[00:00:00] You’re Listening to Good Fit Poor Fit. A podcast that explores the interaction between people, design, and activity. Good Fit Poor Fit is part of The Universal Design Project, a nonprofit organization with a vision for every community across the USA to have a surplus of homes and opportunities for social participation that are universally and financially accessible.
[00:00:27] Sarah: Learn more at universaldesign.org.
[00:00:31] Hi listeners. Welcome back after a bit of a hiatus in our podcast. We are excited to be at our microphones once again, to talk about universal design and all the things in our lives that can be a good fit or a poor fit for our needs. We have some great interviews and content in the works so keep tuned in for more from us this summer. Today, we have another special episode in our series, UD and Me. Rebecca and I will be introducing you to Daniel-Hannah Grace. She is a student at Washington University in St. Louis, but is joining us remotely in New Mexico to finish up her doctoral capstone in OT.
[00:01:07] She is working in several places at once this semester and joining us part of the week to work on educational content for some online courses. We are excited to have her share more about herself, what she’s up to this summer in her capstone work and some of her favorite UD things.
[00:01:25] Daniel-Hannah: Hi, Sarah, thanks for the intro, and thanks for having me on the podcast. So like you said, for my doctoral capstone, I’m exploring the role of occupational therapy in the design and build industry. And as you mentioned, I have two partners, one of which is The Universal Design Project. And one is local to my home state of New Mexico, where I’m currently living.
[00:01:46] Here at UDP, I’m already learning so much about universal design, the role of occupational therapy, and co-designing. And my other partnership is with an architecture firm where I’m consulting on the design and build of a hotel resort in Santa Fe, New Mexico.
[00:02:02] Even though UDP is focused on universally designed homes and my consulting partnership focuses on a commercial space, I am already seeing how what I’m learning from y’all about co-designing, and universal design, in general, is adding to my perspective and helping me pass along universal design recommendations to make the hotel more usable for all.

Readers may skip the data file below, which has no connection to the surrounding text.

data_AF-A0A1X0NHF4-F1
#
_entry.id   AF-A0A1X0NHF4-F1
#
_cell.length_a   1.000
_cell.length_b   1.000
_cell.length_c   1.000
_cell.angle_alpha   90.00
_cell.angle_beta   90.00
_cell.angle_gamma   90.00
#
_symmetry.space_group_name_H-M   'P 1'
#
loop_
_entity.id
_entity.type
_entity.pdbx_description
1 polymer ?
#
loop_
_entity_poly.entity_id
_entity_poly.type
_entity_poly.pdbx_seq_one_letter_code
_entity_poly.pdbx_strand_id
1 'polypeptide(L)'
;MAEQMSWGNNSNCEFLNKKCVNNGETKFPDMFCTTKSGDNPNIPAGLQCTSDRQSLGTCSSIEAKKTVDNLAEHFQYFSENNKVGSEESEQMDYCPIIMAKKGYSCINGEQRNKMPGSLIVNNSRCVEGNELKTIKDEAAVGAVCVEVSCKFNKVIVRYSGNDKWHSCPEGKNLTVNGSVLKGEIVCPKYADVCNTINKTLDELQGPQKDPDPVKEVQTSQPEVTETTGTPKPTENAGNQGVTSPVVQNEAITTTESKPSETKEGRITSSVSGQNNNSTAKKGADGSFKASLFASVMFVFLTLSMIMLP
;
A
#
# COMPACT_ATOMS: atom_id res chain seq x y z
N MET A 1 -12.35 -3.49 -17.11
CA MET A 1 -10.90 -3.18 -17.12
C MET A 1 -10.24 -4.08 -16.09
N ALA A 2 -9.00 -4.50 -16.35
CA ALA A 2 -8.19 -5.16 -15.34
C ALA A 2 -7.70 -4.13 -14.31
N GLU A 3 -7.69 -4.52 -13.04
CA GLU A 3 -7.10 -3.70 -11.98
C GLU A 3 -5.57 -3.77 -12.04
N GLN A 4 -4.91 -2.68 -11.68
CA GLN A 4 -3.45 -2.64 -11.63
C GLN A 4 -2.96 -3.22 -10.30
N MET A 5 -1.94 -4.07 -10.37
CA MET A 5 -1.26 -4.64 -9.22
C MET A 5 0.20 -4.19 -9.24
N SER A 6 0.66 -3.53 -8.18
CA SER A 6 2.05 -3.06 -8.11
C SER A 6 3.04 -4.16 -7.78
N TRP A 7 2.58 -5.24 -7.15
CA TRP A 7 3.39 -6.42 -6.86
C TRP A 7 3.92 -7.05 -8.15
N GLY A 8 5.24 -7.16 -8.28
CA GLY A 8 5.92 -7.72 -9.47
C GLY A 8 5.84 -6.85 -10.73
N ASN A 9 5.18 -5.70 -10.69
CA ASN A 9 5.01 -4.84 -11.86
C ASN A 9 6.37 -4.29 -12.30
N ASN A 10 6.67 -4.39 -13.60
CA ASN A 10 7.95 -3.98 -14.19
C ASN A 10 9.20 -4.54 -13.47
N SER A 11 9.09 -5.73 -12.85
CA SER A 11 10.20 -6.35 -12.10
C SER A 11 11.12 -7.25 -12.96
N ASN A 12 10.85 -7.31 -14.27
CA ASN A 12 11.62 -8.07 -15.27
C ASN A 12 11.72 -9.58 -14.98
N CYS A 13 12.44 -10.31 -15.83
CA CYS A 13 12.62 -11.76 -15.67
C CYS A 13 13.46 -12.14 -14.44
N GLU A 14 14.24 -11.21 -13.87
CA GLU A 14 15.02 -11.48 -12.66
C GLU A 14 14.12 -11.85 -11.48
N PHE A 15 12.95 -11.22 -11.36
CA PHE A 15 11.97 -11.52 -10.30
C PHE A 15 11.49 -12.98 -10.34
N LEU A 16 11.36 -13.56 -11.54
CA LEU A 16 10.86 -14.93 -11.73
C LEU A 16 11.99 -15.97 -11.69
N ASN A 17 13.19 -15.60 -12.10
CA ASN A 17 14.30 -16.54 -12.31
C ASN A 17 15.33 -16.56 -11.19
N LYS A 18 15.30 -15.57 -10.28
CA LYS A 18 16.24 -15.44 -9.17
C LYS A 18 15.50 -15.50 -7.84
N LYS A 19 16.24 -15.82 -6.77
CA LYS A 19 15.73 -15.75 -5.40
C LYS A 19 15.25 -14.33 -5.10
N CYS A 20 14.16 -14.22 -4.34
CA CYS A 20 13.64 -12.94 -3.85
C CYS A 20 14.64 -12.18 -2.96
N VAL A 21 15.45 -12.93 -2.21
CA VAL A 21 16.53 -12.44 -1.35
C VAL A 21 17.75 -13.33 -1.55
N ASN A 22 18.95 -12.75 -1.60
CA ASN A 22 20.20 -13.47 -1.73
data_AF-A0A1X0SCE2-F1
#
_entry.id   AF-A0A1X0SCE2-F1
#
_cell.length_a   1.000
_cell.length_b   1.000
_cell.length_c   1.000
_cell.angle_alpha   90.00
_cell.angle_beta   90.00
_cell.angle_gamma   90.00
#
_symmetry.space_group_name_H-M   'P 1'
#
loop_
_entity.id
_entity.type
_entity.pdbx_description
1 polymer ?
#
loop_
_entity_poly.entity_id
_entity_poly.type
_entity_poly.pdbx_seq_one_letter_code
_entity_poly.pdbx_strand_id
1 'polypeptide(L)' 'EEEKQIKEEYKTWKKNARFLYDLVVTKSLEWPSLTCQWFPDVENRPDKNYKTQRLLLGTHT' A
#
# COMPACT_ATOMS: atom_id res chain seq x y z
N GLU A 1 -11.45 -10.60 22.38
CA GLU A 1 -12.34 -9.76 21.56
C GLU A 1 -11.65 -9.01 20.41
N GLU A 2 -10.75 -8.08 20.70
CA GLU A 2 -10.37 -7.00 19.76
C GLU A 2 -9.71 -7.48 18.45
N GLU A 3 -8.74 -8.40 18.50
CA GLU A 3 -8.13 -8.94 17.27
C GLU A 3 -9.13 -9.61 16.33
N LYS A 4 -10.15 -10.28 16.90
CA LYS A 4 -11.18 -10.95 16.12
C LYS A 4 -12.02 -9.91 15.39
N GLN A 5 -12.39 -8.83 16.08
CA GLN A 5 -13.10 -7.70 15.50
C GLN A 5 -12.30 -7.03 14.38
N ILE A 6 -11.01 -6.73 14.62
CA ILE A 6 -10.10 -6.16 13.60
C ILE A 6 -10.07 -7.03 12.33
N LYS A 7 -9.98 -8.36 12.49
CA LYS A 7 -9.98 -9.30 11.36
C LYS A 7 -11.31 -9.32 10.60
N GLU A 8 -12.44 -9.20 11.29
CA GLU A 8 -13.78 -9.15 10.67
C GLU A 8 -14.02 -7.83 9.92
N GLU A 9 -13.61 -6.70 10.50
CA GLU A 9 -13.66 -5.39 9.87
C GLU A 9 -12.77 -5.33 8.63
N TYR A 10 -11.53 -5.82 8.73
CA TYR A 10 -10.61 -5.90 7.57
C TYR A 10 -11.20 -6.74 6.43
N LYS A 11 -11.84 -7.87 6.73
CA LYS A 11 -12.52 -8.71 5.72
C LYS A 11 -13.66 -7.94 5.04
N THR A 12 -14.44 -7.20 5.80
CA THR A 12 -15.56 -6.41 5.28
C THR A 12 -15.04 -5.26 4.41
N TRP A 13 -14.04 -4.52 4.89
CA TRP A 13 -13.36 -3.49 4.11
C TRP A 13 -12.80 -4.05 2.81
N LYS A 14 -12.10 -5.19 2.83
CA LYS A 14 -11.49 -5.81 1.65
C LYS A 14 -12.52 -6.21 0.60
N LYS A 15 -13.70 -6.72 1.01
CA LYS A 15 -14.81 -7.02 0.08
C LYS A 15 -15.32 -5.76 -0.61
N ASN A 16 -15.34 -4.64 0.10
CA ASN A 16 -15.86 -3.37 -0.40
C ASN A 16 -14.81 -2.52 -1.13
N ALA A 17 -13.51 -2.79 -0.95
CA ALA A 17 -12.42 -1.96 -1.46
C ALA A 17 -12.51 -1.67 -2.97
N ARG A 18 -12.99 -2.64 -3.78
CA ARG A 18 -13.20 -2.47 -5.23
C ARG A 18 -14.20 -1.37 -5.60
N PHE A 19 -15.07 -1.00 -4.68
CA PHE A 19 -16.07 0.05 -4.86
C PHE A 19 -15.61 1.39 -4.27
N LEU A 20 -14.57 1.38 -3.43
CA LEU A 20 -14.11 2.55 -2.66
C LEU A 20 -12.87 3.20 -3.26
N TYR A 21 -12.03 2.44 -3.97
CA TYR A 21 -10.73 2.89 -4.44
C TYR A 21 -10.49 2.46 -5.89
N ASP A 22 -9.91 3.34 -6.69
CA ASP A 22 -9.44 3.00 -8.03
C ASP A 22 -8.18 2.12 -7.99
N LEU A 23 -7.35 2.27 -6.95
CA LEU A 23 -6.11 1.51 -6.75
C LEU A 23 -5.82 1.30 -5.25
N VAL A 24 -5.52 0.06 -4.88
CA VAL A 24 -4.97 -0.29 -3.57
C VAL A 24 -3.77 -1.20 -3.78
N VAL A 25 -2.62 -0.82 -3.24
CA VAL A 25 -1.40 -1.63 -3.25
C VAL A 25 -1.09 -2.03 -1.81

[00:02:23] Sarah: We are so glad to have you and if my memory is serving me right, you came to us via the recommendation from one of our previous students, Kati, who you met at a fieldwork site. Kati actually helped us start this podcast, so it is pretty fun to see how our work is impacting OTs in different settings and encouraging OTs in looking to do something different in a non-traditional practice.
[00:02:47] I am so glad that in just a few weeks, you’ve learned more about the role of OT in the design world, whether it can apply to a commercial project like you’re working on in the hotel resort, as well as how it can be beneficial in the housing industry. In both projects, it’s really thinking about how people will use the home and use the hotel to make it user-friendly.
[00:03:09] Thinking about UD in this way is much different than working with individual people in their homes, because you have to consider any type of person that may come through the doors of the hotel and make it work well for them, so they have an enjoyable experience from check-in to the amenities, to their room and beyond. I look forward to seeing how your perspective grows this summer, but let’s take a step back. Daniel-Hannah, how did you first become interested in the world of UD?
[00:03:35] Daniel-Hannah: Yeah, so during my first semester, well, second semester actually, in the program of occupational therapy at Wash U we had a course titled, “Enabling Community Living”. So, topics for this course included: social determinants of health, technology for recreation, exercise, and community mobility, and universal design.
[00:03:57] We got a short introduction to UD through a lecture and then we were introduced to this tool called the Community Health Environment Checklist, which assesses community settings for their usability based off of what people with disabilities say is important for them to be able to participate and interact within the community site.
[00:04:16] This idea of “usability for all” made so much sense to me. Why would we not create something that can be used by everyone with input from the very people who use it? I’m sure you’ve had a moment when you interacted with a product or business and thought, “wow, they really missed the mark with this one”. Or when you wonder, who was even at the table when they were designing and testing the product.
[00:04:39] Understanding user experience and the implementation of universal design is interesting to me because they try to optimize real people’s interaction with the world around them. And that’s what I want to do.
[00:04:52] Rebecca: Well, you are speaking my language, my friend. I love that this kind of course is included in your curriculum because I think it’s an aspect of occupational therapy that so many people overlook- and that’s our ability to analyze environments, including community environments, not just home and personal ones, to understand how they may support or sometimes inhibit people from doing what they want to need to. This idea of optimizing real interactions in the world is precisely what OTs are trained to do, though, I bet if you asked a hundred people what an OT did, very few, if any, would say that. So moving along, tell us and our listeners, “what is your favorite home-related universal design feature?”